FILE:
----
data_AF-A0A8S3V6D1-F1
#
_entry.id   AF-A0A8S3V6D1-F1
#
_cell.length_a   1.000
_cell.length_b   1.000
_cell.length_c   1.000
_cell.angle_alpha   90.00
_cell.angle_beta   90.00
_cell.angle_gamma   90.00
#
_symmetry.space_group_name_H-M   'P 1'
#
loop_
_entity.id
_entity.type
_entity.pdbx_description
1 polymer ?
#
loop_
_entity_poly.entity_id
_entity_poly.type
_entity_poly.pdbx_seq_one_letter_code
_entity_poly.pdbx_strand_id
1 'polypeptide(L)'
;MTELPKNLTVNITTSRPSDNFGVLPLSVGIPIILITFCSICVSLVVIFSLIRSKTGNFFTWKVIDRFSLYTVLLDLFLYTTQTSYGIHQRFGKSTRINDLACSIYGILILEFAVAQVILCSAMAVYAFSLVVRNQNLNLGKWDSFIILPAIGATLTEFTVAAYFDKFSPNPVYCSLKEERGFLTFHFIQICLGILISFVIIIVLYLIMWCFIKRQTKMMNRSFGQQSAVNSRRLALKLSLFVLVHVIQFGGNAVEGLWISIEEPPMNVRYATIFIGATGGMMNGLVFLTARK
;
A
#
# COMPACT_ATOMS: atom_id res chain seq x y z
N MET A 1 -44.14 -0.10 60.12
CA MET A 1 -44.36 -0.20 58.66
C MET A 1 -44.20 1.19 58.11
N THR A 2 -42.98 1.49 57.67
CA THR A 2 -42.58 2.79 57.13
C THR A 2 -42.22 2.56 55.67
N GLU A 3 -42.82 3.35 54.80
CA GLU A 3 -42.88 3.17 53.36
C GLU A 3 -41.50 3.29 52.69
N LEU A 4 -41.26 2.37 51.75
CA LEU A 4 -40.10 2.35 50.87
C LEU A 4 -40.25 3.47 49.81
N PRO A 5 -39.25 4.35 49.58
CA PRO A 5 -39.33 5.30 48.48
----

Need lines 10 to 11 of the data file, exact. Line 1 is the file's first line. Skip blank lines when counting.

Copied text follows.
_cell.angle_gamma   90.00
#